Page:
SAN FRANCISCO — There is “no need” for him to forgive those who brought down his family more than three decades ago, President Ferdinand Marcos Jr. told reporters. on Saturday, the seventh anniversary of his father’s burial at Libingan ng Mga Bayani.
“I don’t have to forgive them, I never blamed them,” said the president, who was scheduled to fly on Sunday “to visit old friends” in Hawaii, where the Marcoses spent five years in exile after their patriarch was banished from Malacanang.
“They don’t need my forgiveness. [But] if they want it, I will give it to them,” Marcos said of those who fought against his father’s regime and succeeded in the 1986 Edsa People Power Revolution.
“They fought for their beliefs. And that’s how it ended. That’s life – well, at least my life – that’s what life is like,” the President said.
At the climax of the peaceful four-day uprising, the Marcos family was driven from the Palace and flown on a U.S. Air Force transport plane to Hawaii. Deposed strongman Ferdinand Sr. died there in 1989, and his family was allowed to return to the Philippines in 1991.
The president said he was going to Hawaii to meet with “really old friends who have been through difficult times together and have helped ease the burden.”
On the last day of his Asia-Pacific Economic Cooperation (Apec) summit, he spoke of those who “took care” of his family during their “forced stay” in Hawaii, “people who fed us, brought us clothes and food[…]They hold a special place in my heart.”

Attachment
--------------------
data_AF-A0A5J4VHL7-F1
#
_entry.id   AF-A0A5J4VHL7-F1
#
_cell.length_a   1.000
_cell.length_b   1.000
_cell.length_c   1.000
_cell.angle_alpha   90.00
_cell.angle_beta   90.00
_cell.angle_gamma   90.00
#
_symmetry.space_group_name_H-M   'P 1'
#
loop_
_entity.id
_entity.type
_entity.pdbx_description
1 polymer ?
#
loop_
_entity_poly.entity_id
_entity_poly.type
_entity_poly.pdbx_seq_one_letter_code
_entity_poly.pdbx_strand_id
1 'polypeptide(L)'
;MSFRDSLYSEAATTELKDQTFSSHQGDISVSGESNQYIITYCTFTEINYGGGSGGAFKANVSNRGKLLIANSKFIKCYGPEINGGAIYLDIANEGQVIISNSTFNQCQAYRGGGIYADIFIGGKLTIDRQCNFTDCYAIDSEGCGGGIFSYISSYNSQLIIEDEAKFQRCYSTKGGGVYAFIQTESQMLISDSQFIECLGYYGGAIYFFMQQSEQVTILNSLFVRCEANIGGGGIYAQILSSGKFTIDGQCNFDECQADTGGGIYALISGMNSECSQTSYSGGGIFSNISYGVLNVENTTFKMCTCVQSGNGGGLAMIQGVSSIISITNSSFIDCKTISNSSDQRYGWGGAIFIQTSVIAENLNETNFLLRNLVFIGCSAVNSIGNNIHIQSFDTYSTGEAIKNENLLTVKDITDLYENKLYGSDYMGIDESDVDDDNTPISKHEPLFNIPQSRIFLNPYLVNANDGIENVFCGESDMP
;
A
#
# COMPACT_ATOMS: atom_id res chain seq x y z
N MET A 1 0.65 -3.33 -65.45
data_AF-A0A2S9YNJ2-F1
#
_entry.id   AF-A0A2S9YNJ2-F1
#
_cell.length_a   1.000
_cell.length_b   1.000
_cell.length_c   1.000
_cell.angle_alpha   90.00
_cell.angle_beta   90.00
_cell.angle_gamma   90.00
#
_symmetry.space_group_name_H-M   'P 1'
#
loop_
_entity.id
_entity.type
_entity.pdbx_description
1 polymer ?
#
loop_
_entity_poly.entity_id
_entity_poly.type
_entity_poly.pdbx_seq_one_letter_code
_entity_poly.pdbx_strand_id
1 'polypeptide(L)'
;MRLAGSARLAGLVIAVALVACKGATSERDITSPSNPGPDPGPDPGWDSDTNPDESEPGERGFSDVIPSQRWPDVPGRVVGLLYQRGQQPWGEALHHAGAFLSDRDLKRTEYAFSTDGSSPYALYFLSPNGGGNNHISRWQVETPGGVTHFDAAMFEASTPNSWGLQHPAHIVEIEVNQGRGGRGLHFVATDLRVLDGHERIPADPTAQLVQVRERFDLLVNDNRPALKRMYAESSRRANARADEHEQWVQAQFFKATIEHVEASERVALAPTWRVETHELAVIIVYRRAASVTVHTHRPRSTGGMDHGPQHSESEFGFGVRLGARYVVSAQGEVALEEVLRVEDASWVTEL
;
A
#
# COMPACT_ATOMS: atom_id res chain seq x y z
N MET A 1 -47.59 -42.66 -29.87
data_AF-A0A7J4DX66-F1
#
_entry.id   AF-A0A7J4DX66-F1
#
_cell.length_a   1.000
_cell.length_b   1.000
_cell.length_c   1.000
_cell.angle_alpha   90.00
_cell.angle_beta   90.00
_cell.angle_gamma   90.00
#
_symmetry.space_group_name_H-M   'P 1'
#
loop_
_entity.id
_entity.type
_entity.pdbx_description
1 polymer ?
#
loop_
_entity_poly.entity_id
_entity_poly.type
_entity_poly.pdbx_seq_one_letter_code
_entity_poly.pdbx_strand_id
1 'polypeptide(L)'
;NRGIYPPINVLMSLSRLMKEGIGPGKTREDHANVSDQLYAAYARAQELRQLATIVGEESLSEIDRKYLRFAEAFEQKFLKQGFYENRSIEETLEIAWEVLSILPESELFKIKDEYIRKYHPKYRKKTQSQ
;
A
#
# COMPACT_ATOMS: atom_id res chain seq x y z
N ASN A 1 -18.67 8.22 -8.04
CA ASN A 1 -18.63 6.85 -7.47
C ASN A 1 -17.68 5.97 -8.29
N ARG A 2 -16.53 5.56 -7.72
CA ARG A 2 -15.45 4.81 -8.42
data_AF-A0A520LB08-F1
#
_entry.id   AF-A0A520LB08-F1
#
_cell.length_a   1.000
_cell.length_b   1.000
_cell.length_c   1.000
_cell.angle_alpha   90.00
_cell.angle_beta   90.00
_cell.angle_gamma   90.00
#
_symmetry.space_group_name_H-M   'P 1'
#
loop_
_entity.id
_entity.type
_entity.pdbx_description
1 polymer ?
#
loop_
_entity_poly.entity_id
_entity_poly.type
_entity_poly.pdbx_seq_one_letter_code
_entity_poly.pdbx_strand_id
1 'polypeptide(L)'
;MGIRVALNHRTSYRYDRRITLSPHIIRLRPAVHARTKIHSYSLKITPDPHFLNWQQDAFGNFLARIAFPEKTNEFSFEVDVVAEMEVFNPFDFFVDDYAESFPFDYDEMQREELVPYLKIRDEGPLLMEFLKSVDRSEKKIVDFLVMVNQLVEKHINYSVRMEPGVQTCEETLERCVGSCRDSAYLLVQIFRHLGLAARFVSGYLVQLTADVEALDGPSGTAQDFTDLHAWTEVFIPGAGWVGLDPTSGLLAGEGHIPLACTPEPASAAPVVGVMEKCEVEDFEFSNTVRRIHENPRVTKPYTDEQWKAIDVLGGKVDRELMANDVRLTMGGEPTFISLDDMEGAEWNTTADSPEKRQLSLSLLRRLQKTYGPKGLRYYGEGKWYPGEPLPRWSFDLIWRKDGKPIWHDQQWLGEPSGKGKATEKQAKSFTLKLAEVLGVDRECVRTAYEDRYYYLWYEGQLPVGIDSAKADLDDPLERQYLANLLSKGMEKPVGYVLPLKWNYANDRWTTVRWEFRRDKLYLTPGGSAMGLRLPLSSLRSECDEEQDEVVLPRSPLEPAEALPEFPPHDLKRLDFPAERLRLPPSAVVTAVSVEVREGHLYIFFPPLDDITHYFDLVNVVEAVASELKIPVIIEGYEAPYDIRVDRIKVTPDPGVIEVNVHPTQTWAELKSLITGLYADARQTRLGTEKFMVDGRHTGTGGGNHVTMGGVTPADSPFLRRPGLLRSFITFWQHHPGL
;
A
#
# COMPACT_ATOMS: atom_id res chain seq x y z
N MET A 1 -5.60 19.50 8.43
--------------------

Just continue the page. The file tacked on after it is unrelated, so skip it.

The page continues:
As part of his official schedule, Marcos also meets with the Filipino community in Honolulu. About 371,000 Filipinos live in the American island state.
He will also hold a security briefing with U.S. military officials at Pearl Harbor in Oahu, headquarters of the U.S. Indo-Pacific Command. The visit to a US military base comes amid fresh tensions between Manila and Beijing over maritime claims in the western Philippine Sea.
Marcos will also join a roundtable discussion at the Asia-Pacific Center for Security Studies. Daniel K. Inouye.
Protests and monuments
In Manila on Saturday, two groups made up of former political prisoners during martial law marked the anniversary of Marcos’ burial with a symbolic barricade at Bantayog ng mga Bayani in Quezon City.
Bonifacio Ilagan, president of the Campaign Against Marcos Return and Martial Law (Carmma), said the barricade “symbolizes the clear separation of the masses who have experienced poverty and hunger [during martial law]and the Marcos elites who drowned in the wealth they stole from the people.”
Members of Carmma and Samahan ng Ex-Detainees Laban sa Detention and Arrest (Selda) also laid flowers in honor of the “true heroes” of martial law.
Although this dark period in the country’s political history occurred long ago, Ilagan said it “never really left us.”
He cited the continued arrests of activists and the crackdown on political opposition. Former senator Leila de Lima’s recent release on bail, Ilagan said, is due to a confluence of factors and should not be seen as out of “benevolence.” [President Marcos’] heart.”
Rituals shrouded in mystery
In August 2016, less than two months into his term, then-President Rodrigo Duterte approved the burial of hero Marcos Sr. in Libingan, Taguig City, in line with his campaign promise during the 2016 elections.
He then justified the burial in a military cemetery by mentioning the deceased leader’s merits as a former soldier and president.
This move was met with fierce protests, especially from martial law victims, who later challenged it before the Supreme Court.
In November of the same year, the tribunal upheld Duterte’s decision by a 9-5 majority vote.
The burial, shrouded in mystery, took place on the morning of November 1. September 18, 2016, with military awards presented in Libingan.